For document query and retrieval, we've been developing some interesting capabilities for image recognition using natural language processing that are showing remarkable results. In one test case, we reduced the time to identify, classify and analyze trade documents from 700 hours to a matter of minutes.
In another pilot, we scanned approximately 9,000 SWIFT messages looking for things such as Palestinian boycott language. A human would need about five to seven minutes to review each message. During this pilot we found we could do image recognition and contextual analysis of those messages in less than one second per message.
4. Streamline investigations with intelligent case management.
Much of the initial adoption of AI focuses on automating manual processes to reduce the costs of running a fraud and financial crimes front line. Investigators shouldn’t spend their valuable time on rote tasks that machines can do better. An advanced, analytics-driven alert and case management solution can automatically:
- Prioritize cases, recommend investigative steps and fast-track straightforward cases.
- Enrich alerts with detail about the associated customers, accounts or beneficiaries.
- Intelligently find and pull data for a case from internal databases or third-party data providers.
- Present data in easy-to-understand visualizations, appropriate for the type of activity under review.
- Allow automated prioritization of client contact strategies where suitable.
- Autopopulate and prepare SARs for electronic filing if applicable.
SAS has been automating operational processes for years, including alerts prioritization/triage, investigative processes and dashboards. Currently SAS is prototyping an adaptive learning system that embeds analytics into our alert and case management capabilities to automate processes and continuously learn from outcomes. This enables the system to adapt to new financial crimes risks. SAS continues to push the envelope on behavioral analytics, cognitive computing, and deep learning so that we have the most effective financial crimes risk platform available in the market.
About the Authors
David Stewart, Business Director, Security Intelligence Solutions, Banking, SAS Security Intelligence Practice
David Stewart manages strategy development, product management, and marketing counsel for SAS fraud and compliance solutions worldwide. In addition to working closely with many of the world’s leading financial institutions and regulatory agencies, he collaborates with SAS R&D and delivery teams to deploy industry best practices for financial crimes solutions.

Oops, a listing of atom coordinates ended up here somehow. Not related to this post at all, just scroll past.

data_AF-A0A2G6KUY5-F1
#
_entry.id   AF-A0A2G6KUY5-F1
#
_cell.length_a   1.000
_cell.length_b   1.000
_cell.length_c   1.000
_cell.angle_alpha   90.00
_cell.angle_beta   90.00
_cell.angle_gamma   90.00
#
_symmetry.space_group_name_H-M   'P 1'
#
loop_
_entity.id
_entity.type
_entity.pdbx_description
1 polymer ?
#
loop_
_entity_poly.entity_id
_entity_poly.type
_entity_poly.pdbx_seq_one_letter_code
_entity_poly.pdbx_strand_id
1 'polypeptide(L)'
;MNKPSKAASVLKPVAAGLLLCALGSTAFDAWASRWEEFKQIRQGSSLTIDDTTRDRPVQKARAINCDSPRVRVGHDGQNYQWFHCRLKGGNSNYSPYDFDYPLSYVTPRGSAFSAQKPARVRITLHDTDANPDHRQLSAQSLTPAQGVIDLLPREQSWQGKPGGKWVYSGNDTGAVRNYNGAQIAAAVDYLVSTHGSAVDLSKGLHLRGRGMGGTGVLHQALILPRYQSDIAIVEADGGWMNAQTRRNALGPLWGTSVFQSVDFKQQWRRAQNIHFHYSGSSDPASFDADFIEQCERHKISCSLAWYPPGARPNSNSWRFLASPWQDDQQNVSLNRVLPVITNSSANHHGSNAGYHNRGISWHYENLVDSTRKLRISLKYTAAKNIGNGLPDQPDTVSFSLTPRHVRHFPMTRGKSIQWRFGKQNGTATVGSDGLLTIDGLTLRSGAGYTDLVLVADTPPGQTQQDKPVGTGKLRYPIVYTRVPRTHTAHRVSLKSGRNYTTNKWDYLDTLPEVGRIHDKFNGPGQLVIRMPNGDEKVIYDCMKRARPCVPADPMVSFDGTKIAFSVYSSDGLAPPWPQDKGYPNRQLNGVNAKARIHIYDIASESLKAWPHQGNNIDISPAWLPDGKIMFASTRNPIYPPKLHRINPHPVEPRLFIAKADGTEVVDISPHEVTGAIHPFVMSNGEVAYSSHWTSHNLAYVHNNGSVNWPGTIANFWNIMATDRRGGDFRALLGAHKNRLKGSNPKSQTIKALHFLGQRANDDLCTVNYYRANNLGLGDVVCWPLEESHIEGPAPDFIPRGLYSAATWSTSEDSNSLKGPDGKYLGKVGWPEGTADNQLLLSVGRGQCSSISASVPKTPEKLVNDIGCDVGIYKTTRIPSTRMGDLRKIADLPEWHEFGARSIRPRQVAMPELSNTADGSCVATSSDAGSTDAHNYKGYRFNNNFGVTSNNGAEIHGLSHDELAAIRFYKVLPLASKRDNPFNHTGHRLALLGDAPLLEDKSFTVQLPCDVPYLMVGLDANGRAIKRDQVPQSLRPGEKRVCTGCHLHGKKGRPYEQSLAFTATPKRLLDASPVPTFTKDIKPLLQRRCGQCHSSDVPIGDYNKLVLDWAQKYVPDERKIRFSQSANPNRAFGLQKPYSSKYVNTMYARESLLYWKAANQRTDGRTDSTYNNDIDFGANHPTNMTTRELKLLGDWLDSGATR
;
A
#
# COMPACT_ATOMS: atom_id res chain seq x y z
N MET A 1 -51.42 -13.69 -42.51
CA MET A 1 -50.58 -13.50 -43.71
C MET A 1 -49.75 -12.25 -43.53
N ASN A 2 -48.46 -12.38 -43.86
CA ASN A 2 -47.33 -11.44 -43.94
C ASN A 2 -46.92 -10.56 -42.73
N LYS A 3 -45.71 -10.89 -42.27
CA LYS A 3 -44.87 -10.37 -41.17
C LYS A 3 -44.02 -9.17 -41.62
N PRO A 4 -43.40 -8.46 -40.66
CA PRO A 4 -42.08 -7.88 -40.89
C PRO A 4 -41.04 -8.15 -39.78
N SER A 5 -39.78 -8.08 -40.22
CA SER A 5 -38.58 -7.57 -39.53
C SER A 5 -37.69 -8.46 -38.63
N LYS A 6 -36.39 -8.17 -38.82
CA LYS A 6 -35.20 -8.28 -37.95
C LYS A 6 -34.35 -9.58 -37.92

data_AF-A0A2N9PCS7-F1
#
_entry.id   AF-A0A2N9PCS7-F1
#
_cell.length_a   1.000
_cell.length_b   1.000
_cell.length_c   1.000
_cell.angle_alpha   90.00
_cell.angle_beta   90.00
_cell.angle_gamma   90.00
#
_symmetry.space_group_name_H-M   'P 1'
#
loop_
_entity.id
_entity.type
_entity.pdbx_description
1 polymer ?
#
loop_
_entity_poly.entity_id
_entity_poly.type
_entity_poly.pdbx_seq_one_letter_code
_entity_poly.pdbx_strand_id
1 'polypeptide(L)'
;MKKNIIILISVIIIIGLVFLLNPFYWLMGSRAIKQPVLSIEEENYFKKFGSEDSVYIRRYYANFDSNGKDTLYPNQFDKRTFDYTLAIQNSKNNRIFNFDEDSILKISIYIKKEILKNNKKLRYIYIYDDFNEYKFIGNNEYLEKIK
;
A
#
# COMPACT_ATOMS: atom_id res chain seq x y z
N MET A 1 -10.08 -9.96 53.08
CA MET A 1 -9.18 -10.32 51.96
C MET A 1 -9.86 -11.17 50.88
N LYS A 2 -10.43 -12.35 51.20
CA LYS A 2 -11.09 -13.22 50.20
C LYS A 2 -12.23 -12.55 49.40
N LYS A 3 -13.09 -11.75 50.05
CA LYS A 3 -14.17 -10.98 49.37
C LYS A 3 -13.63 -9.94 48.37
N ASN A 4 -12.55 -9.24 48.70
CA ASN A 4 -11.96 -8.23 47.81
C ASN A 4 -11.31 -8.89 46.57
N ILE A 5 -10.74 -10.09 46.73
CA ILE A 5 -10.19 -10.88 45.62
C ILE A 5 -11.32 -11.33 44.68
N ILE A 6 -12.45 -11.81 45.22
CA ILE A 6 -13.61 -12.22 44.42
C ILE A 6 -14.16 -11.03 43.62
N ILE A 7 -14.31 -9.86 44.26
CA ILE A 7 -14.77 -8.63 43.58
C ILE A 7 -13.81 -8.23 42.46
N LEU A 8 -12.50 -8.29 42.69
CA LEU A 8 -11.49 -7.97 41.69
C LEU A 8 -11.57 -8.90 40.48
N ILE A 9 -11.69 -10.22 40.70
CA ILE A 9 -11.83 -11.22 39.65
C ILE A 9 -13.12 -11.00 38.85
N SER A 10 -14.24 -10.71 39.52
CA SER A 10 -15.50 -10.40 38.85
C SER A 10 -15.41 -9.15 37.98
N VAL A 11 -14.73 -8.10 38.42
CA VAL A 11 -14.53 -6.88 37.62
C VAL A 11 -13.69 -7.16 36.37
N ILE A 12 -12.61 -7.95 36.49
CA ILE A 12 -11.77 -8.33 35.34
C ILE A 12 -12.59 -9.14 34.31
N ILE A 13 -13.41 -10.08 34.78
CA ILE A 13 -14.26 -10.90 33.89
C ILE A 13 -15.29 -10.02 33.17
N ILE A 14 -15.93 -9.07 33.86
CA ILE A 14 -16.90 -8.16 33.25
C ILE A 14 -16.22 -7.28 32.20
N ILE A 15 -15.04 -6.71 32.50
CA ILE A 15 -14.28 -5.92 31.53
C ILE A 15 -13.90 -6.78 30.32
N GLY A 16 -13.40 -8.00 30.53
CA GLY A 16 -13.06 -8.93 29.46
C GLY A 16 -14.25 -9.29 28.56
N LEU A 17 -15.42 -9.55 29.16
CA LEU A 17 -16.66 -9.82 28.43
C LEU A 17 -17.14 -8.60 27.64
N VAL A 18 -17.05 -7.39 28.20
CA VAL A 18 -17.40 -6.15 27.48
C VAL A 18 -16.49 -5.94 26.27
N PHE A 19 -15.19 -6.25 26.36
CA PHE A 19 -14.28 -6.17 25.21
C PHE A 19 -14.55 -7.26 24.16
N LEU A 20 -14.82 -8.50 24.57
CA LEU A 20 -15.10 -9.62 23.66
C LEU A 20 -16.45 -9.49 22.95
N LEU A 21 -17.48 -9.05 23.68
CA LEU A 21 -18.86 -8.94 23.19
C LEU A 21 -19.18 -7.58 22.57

Ian Holmes, Global Lead for Enterprise Fraud Solutions SAS Security Intelligence Practice
Ian Holmes provides fraud expertise to drive the enhancement, pre-sales and business implementation of SAS Fraud Management globally with current and potential customers. Before joining SAS in 2011, Holmes gained global fraud operations expertise during several years as Head of Card Fraud for the UK division of HSBC.
- Article Unemployment fraud meets analytics: Battle lines are clearly drawnMany fraudsters seized opportunities presented by the COVID-19 pandemic. During the crisis, unemployment fraud became a battleground between international criminal networks and government agencies. Learn how analytics can save billions – and deliver benefits to those truly in need.
- Article Taking pre-emptive action to stem the tide of VAT fraud lossesEU countries lost an estimated €159.5 billion in VAT revenues to VAT fraud in 2014. The solution? Hybrid fraud analytics technology.
- Article Applying machine learning to IoT dataLet’s move beyond theoretical discussions about machine learning and the Internet of Things – and talk about practical business applications instead.
- Article Mobile payments, smurfs and emerging threatsM-payment remittances are replacing traditional banks and money services that have historically charged high fees for small transfers. Former US Treasury Special Agent John Cassara maps what he sees in the road ahead and gives advice for protecting your firm.